The situation is deteriorating in the Gaza Strip. The target is indeed civilians. The last one was Haneen Tafesh, a 10-month baby child who was killed by any Israeli missile. The missiles are falling at the moment, as I speak to you. And as breaking news coming out from the medical crew next to me, the F-16s are targeting the beach camp in the east of Gaza City at the moment. The Israeli army, or the Israeli F-16s, at the moment, they are targeting the beach camp in the west of Gaza City at the moment. That's the breaking news, and it's happening as we speak at the moment.
EPA says it won't change ethanol requirement (16 November 2012)
The U.S. Environmental Protection Agency said Friday that it won't relax requirements to set aside nearly 40 percent of the nation's corn crop for ethanol.
Members of Congress and food producers had lobbied the EPA to relax the mandate, contained in the Renewable Fuels Standard, or RFS. They said it has inflated corn prices, which were already high because of the drought.
Gov. Bob McDonnell, U.S. Sens. Mark Warner and Jim Webb and U.S. Reps. Randy Forbes, Scott Rigell, Bobby Scott and Rob Wittman all signed letters asking the EPA to ease the ethanol requirement.
C. Larry Pope, president and CEO of Smithfield Foods Inc., has also been a sharp critic of the ethanol mandate. He wrote a column in the Wall Street Journal during the summer arguing for a policy shift.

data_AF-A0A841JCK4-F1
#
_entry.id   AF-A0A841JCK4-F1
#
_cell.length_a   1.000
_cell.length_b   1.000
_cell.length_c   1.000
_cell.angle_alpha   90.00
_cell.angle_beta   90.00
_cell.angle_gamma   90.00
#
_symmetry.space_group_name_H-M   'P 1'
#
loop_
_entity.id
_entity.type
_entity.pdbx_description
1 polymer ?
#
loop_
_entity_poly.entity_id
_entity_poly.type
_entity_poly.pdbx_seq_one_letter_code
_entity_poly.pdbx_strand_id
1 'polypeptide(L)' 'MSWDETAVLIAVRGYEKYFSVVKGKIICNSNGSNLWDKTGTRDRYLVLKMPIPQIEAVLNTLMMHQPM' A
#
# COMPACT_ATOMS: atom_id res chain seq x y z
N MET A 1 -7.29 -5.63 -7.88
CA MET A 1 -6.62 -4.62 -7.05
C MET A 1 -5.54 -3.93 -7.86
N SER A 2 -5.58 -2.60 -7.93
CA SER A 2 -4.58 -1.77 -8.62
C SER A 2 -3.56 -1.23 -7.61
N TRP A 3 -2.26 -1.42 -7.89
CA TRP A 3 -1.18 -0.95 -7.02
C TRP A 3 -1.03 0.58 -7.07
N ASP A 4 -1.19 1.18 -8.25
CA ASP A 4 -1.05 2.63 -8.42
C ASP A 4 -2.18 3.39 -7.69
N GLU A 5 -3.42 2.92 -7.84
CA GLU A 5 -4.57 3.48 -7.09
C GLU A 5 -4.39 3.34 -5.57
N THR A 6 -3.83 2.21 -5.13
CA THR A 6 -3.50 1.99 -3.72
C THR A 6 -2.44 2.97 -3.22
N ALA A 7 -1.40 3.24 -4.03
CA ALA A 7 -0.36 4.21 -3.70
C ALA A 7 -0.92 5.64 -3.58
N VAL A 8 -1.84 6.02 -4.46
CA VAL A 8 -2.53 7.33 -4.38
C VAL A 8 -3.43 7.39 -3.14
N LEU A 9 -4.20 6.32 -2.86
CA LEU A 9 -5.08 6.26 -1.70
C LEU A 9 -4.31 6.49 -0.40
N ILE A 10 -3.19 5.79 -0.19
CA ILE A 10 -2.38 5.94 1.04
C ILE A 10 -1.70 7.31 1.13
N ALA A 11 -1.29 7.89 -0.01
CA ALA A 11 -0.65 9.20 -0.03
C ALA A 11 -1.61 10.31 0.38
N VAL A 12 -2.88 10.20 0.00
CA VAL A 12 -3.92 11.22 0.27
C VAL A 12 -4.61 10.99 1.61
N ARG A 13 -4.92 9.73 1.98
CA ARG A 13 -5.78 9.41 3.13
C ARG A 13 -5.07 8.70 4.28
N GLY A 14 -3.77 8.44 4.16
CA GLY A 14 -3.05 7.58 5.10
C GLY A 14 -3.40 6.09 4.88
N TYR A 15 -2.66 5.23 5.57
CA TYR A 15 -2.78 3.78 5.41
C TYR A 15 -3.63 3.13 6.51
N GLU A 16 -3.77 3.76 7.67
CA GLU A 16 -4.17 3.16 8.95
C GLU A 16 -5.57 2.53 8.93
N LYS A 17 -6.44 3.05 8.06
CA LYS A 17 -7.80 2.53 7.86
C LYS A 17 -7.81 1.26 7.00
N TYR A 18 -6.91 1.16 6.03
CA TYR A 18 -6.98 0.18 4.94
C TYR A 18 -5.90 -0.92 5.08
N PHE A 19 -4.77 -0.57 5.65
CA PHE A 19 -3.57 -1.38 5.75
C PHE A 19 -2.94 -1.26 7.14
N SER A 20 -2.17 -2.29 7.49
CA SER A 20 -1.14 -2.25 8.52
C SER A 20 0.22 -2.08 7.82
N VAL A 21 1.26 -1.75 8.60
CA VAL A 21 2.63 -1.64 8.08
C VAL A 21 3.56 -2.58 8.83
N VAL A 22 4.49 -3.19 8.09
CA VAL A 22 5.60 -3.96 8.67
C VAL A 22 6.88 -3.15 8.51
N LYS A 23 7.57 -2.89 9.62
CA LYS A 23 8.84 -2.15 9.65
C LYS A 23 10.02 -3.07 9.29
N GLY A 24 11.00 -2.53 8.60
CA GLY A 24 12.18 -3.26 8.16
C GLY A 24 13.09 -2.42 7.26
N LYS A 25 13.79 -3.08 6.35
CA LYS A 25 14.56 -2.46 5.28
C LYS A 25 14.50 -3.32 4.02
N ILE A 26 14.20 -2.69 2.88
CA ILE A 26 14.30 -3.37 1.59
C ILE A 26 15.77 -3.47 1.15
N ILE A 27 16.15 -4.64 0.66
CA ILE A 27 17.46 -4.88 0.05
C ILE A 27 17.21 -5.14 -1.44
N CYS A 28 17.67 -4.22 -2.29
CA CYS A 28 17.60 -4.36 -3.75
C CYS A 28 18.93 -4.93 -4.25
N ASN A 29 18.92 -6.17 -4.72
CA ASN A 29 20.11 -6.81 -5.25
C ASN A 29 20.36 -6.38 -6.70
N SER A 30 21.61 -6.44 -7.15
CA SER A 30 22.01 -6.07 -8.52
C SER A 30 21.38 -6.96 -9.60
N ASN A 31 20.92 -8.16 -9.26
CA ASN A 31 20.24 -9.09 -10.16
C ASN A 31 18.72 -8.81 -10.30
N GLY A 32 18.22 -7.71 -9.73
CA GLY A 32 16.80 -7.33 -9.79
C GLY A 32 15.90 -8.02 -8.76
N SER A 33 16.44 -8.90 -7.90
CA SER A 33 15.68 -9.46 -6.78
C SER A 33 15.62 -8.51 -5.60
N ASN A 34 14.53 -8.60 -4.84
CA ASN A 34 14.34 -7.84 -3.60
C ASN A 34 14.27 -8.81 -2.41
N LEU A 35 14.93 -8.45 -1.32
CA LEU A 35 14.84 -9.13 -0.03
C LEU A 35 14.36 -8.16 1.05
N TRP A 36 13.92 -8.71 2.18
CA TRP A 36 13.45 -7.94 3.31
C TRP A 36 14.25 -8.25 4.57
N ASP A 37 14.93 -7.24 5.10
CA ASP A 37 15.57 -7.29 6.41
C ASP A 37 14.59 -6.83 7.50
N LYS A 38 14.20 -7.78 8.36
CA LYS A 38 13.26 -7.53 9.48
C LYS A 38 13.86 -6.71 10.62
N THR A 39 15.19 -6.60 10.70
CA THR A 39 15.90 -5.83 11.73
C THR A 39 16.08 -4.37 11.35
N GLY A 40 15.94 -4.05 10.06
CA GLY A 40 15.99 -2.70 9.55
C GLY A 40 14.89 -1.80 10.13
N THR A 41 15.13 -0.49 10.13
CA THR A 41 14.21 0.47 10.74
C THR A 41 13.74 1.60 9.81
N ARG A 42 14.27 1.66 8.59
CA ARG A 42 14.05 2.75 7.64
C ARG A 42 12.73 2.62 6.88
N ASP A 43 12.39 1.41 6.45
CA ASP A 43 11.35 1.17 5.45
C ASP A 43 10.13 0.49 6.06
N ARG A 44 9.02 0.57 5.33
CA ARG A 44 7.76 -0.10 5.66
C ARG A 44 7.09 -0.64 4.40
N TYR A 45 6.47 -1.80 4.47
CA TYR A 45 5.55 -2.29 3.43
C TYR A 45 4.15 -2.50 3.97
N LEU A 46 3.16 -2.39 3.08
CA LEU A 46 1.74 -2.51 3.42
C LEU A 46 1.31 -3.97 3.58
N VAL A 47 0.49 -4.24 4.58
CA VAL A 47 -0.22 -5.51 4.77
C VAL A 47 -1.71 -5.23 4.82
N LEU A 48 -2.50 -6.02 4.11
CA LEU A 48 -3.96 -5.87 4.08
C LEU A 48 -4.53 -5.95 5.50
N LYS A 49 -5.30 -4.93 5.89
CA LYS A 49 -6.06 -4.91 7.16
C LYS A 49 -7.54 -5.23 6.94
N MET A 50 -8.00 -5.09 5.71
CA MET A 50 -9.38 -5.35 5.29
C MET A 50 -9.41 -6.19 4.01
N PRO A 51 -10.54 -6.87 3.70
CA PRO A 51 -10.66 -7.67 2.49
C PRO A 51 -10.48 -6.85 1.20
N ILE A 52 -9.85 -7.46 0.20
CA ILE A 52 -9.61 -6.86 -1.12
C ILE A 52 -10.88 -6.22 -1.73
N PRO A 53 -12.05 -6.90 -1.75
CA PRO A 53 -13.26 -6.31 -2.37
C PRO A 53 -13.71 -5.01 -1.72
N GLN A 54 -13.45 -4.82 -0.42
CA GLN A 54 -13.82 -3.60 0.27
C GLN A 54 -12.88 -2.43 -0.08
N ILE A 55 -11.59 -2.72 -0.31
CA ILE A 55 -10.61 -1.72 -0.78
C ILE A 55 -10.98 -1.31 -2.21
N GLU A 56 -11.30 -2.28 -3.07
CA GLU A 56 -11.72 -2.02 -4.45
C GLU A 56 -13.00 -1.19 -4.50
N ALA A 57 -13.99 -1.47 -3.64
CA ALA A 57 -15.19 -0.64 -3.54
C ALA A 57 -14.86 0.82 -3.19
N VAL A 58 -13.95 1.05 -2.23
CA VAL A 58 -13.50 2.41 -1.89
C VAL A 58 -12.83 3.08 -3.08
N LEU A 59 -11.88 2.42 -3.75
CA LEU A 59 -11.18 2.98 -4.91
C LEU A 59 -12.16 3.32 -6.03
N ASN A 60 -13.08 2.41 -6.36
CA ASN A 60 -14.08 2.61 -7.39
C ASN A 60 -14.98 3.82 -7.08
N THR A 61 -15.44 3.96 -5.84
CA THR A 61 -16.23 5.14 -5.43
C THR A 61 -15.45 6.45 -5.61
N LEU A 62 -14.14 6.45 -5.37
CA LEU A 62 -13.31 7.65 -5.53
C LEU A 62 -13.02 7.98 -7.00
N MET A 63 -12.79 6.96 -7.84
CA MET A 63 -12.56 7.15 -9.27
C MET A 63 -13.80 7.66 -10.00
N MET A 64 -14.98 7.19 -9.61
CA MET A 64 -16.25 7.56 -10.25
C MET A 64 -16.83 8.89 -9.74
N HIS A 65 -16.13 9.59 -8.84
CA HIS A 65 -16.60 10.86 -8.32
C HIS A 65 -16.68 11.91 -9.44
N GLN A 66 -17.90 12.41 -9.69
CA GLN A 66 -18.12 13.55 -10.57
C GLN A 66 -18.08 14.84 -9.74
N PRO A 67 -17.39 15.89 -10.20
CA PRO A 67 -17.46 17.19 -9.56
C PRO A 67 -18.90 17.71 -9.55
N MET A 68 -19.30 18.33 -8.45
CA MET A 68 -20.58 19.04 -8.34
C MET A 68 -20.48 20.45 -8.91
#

But the EPA said there wasn't enough evidence to warrant a change.
Americans uderwrite their own demise (14 October 2012) [Rense.com]
America's current economic unwinding didn't begin on Wall Street in 2008, as is often reiterated. Its genesis lies in the affluence-to-poverty trade regiments enacted by President Clinton, beginning in 1993.
Seduced by assurances that free trade would create millions of new high-paying jobs in the United States; Democrats, aided by Republican politicos like Newt Gingrich, Bob Dole and David Gergen, succumbed to K Street coercion and codified free trade into American law.
However, the economic Elysium predicted by backers of free trade prior to its passage never developed. Principally because free trade, as a 21st century neo-Colonial economic compact, was no longer nation-based. Rather, this new version was a United Nation's developed transnational colonialism. A system designed to benefit a new superclass of cosmopolitan. Stakeholders bereft of nationalistic sentimentality, itching to profit from the coming realignment in global prosperity.
Correspondingly, America's most acute trade-related dilemma today is unemployment. However, it's impossible for the United States to address the problem of trade-related dislocations, even modestly, when the entirety of our nation's trade policy is premised upon the notion, that surrendering America's economy to foreign interests, while simultaneously relocating tens of millions of American jobs offshore, somehow benefits our nation's competitiveness.